• Others see benefits (perks) at work kick up a notch.  Maybe your guaranteed pension goes up by a certain non-linear amount every year, making each successive year seem even more beneficial than the last.
    • This is a slippery slope.  Once you start dreaming about lifestyle inflation, it will never seem as though you never have enough saved.



On the flip side, it can also be difficult to work that last year.  Once you know you’re a short-timer, it’s hard to care.

You’ll be in meetings where people are talking about projects and your brain will float off to never-never land as you struggle to give a shit about anything.

Maybe the quality of your work will suffer.  Maybe you’ll take an uncharacteristic number of sick days or just refuse to work on things that don’t interest you.  Maybe nothing interests you at all, resulting in very, very little work getting done.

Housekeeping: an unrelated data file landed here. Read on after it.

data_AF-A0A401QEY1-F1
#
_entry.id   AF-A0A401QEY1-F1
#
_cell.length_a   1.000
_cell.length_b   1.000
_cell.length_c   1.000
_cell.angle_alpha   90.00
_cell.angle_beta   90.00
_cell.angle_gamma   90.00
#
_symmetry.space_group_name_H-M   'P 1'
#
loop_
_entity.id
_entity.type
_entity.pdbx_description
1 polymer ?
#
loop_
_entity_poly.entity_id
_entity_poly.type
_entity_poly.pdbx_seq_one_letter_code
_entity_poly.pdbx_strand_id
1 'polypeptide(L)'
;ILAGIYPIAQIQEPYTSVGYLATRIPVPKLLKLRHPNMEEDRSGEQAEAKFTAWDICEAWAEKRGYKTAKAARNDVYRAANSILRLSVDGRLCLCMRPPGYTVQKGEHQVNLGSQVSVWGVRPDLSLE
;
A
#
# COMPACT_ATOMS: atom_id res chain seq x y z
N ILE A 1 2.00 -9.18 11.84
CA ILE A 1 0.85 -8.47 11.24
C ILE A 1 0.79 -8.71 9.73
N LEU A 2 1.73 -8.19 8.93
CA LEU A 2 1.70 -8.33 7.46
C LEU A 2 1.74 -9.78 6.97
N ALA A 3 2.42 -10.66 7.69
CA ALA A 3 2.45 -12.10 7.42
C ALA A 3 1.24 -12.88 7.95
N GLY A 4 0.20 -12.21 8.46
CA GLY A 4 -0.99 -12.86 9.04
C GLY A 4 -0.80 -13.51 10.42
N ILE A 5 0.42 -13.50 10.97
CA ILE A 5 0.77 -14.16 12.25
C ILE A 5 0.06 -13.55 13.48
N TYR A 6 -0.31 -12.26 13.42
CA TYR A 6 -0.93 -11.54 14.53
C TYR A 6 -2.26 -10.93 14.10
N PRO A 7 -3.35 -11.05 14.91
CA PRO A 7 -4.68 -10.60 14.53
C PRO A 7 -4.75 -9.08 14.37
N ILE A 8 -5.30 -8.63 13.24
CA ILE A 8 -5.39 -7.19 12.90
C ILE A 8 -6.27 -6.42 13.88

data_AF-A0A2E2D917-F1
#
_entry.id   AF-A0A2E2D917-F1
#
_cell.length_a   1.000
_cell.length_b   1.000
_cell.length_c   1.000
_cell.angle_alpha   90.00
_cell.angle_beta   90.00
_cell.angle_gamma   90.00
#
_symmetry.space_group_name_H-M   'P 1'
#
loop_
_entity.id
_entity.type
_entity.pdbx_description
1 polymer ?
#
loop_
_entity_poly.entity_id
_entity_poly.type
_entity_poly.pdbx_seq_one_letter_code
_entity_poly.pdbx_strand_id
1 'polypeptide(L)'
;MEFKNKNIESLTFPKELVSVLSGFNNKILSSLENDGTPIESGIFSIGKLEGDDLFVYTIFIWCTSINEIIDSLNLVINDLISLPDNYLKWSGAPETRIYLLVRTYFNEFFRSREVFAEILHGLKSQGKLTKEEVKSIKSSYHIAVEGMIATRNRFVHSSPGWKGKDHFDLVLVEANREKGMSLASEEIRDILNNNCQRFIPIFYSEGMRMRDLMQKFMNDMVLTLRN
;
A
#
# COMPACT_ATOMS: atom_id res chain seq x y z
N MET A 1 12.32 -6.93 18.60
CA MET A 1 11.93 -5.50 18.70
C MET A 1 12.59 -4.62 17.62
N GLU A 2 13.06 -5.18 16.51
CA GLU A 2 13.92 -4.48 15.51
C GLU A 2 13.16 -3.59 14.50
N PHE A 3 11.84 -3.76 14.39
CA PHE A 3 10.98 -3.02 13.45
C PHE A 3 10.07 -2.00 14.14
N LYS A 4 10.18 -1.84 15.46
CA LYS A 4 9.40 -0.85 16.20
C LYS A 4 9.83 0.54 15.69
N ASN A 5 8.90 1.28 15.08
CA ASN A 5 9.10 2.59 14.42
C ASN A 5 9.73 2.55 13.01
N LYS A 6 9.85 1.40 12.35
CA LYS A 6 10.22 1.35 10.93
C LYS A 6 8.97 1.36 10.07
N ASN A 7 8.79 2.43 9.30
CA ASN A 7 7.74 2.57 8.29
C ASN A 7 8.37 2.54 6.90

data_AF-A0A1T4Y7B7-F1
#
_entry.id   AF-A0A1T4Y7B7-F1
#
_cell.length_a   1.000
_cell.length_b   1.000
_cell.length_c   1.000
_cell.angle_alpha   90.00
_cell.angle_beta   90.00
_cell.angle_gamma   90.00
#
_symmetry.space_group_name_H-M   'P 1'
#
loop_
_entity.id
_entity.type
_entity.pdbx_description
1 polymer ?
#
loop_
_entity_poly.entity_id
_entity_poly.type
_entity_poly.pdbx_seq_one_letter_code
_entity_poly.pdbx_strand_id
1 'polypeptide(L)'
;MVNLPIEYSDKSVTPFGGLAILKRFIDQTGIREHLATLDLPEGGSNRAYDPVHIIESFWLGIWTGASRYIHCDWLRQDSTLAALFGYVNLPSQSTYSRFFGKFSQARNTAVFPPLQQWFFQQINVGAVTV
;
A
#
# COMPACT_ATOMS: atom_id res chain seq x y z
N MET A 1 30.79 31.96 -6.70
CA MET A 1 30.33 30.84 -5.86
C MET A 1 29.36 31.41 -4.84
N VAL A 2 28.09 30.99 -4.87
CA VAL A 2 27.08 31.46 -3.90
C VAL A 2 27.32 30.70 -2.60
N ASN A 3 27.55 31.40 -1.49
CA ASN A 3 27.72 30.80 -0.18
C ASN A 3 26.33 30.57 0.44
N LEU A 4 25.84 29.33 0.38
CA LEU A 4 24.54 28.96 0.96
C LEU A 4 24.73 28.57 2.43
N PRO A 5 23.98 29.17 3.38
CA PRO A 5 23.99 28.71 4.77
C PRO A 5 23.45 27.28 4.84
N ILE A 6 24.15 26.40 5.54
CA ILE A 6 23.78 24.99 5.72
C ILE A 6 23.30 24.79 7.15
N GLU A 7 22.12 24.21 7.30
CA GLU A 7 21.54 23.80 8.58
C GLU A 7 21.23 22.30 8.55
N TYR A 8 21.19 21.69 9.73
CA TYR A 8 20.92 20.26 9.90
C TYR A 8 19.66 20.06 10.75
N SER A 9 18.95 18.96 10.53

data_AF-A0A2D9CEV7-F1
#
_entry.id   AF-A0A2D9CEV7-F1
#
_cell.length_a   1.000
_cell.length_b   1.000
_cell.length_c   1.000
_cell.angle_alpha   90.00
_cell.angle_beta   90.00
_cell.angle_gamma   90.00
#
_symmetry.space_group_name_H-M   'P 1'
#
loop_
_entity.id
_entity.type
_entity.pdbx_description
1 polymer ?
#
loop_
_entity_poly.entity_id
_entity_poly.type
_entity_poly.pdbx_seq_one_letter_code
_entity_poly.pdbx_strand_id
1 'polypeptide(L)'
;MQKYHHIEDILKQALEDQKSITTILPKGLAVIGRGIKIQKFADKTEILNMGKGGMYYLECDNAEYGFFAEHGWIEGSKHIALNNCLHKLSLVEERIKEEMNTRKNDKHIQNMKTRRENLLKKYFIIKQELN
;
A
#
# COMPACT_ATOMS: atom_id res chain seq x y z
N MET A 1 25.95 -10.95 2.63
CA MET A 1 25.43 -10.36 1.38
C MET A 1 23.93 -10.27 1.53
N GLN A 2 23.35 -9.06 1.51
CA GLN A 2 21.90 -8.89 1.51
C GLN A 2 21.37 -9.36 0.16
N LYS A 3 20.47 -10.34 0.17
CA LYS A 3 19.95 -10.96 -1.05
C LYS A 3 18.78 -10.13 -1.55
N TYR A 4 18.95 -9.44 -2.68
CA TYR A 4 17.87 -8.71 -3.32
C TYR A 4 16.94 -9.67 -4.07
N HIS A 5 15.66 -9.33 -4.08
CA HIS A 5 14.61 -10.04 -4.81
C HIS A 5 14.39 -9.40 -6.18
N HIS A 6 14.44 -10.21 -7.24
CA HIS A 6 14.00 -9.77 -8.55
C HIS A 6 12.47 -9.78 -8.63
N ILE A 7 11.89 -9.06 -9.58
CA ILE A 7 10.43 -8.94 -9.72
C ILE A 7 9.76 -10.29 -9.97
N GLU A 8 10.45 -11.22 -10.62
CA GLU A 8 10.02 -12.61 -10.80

You’ll become hyper-aware of all of the people and things in your workplace that bother you and there will be days where you feel like you just can’t stand another second of it.  Like you’ve had an itch for way too long and now you’ve really got to give it a good scratching with your nails — but the only way to relieve this particular itch is to turn in your notice.

Also, by the time you hit your number and you’re ready to leave, you’re older and you’ve become increasingly aware that your time on this planet isn’t going to last forever.  Continuing to voluntarily spend your time inside work-a-day prison starts to seem insane.  There will be entire weeks where it seems like half of every day you’re thinking about walking out the door and just not coming back.

Resolving the Conflict

So you want to quit immediately.  But you also want to work five more years and continue to grow your nest egg.

Which is it?  How do you come to any decisions about all of this?

Easy.   Since you’ve made it to your last year of working prior to early retirement, you must be the sort of person who enjoys planning.  The key is to be mindful and review your previous plans.   If you created a FIRE number and you’ve exceeded it, why does it suddenly seem insufficient?  If you think  you suddenly love your job, why?  What’s changed?  Is it possible that you’ve simply become institutionalized?